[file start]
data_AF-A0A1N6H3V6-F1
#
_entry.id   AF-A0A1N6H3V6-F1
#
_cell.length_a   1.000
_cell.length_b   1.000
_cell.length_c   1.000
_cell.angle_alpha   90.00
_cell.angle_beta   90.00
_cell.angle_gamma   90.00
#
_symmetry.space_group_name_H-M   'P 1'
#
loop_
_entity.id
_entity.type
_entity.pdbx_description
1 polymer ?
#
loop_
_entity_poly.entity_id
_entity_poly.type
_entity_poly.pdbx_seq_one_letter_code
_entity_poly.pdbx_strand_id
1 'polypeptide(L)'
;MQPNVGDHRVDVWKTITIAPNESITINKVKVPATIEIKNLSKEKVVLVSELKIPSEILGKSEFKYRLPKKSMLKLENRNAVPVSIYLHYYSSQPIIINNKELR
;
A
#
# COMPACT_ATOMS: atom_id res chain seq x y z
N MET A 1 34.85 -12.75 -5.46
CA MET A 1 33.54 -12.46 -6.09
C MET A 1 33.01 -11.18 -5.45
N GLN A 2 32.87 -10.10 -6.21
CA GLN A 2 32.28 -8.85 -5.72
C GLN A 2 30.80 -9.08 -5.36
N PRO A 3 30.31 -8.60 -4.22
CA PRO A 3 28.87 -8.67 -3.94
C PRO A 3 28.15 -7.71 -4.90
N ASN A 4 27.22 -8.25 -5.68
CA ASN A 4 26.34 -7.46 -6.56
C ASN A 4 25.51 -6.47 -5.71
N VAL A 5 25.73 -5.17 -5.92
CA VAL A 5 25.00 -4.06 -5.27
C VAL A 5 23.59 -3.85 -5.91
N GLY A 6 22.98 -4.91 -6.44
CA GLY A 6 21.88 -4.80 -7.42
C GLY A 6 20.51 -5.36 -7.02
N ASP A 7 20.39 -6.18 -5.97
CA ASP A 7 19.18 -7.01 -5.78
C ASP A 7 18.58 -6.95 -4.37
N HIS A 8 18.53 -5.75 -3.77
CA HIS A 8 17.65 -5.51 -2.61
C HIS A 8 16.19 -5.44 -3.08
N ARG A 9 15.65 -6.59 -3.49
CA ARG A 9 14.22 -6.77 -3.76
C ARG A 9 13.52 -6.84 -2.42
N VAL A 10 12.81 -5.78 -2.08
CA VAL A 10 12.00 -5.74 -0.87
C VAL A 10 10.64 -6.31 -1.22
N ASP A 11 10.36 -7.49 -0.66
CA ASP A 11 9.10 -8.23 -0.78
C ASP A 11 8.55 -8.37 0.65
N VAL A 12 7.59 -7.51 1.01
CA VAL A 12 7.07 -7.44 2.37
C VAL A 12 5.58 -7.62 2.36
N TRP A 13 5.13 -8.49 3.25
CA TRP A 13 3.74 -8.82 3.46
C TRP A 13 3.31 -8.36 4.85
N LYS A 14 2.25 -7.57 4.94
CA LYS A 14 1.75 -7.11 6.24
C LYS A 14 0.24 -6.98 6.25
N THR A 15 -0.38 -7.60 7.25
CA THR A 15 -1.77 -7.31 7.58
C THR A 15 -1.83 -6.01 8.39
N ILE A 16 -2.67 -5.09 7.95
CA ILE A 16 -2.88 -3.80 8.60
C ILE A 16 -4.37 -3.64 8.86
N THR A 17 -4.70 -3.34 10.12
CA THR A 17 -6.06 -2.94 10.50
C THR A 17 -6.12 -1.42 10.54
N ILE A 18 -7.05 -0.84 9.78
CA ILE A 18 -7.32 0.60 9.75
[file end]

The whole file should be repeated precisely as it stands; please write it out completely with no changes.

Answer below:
data_AF-A0A1N6H3V6-F1
#
_entry.id   AF-A0A1N6H3V6-F1
#
_cell.length_a   1.000
_cell.length_b   1.000
_cell.length_c   1.000
_cell.angle_alpha   90.00
_cell.angle_beta   90.00
_cell.angle_gamma   90.00
#
_symmetry.space_group_name_H-M   'P 1'
#
loop_
_entity.id
_entity.type
_entity.pdbx_description
1 polymer ?
#
loop_
_entity_poly.entity_id
_entity_poly.type
_entity_poly.pdbx_seq_one_letter_code
_entity_poly.pdbx_strand_id
1 'polypeptide(L)'
;MQPNVGDHRVDVWKTITIAPNESITINKVKVPATIEIKNLSKEKVVLVSELKIPSEILGKSEFKYRLPKKSMLKLENRNAVPVSIYLHYYSSQPIIINNKELR
;
A
#
# COMPACT_ATOMS: atom_id res chain seq x y z
N MET A 1 34.85 -12.75 -5.46
CA MET A 1 33.54 -12.46 -6.09
C MET A 1 33.01 -11.18 -5.45
N GLN A 2 32.87 -10.10 -6.21
CA GLN A 2 32.28 -8.85 -5.72
C GLN A 2 30.80 -9.08 -5.36
N PRO A 3 30.31 -8.60 -4.22
CA PRO A 3 28.87 -8.67 -3.94
C PRO A 3 28.15 -7.71 -4.90
N ASN A 4 27.22 -8.25 -5.68
CA ASN A 4 26.34 -7.46 -6.56
C ASN A 4 25.51 -6.47 -5.71
N VAL A 5 25.73 -5.17 -5.92
CA VAL A 5 25.00 -4.06 -5.27
C VAL A 5 23.59 -3.85 -5.91
N GLY A 6 22.98 -4.91 -6.44
CA GLY A 6 21.88 -4.80 -7.42
C GLY A 6 20.51 -5.36 -7.02
N ASP A 7 20.39 -6.18 -5.97
CA ASP A 7 19.18 -7.01 -5.78
C ASP A 7 18.58 -6.95 -4.37
N HIS A 8 18.53 -5.75 -3.77
CA HIS A 8 17.65 -5.51 -2.61
C HIS A 8 16.19 -5.44 -3.08
N ARG A 9 15.65 -6.59 -3.49
CA ARG A 9 14.22 -6.77 -3.76
C ARG A 9 13.52 -6.84 -2.42
N VAL A 10 12.81 -5.78 -2.08
CA VAL A 10 12.00 -5.74 -0.87
C VAL A 10 10.64 -6.31 -1.22
N ASP A 11 10.36 -7.49 -0.66
CA ASP A 11 9.10 -8.23 -0.78
C ASP A 11 8.55 -8.37 0.65
N VAL A 12 7.59 -7.51 1.01
CA VAL A 12 7.07 -7.44 2.37
C VAL A 12 5.58 -7.62 2.36
N TRP A 13 5.13 -8.49 3.25
CA TRP A 13 3.74 -8.82 3.46
C TRP A 13 3.31 -8.36 4.85
N LYS A 14 2.25 -7.57 4.94
CA LYS A 14 1.75 -7.11 6.24
C LYS A 14 0.24 -6.98 6.25
N THR A 15 -0.38 -7.60 7.25
CA THR A 15 -1.77 -7.31 7.58
C THR A 15 -1.83 -6.01 8.39
N ILE A 16 -2.67 -5.09 7.95
CA ILE A 16 -2.88 -3.80 8.60
C ILE A 16 -4.37 -3.64 8.86
N THR A 17 -4.70 -3.34 10.12
CA THR A 17 -6.06 -2.94 10.50
C THR A 17 -6.12 -1.42 10.54
N ILE A 18 -7.05 -0.84 9.78
CA ILE A 18 -7.32 0.60 9.75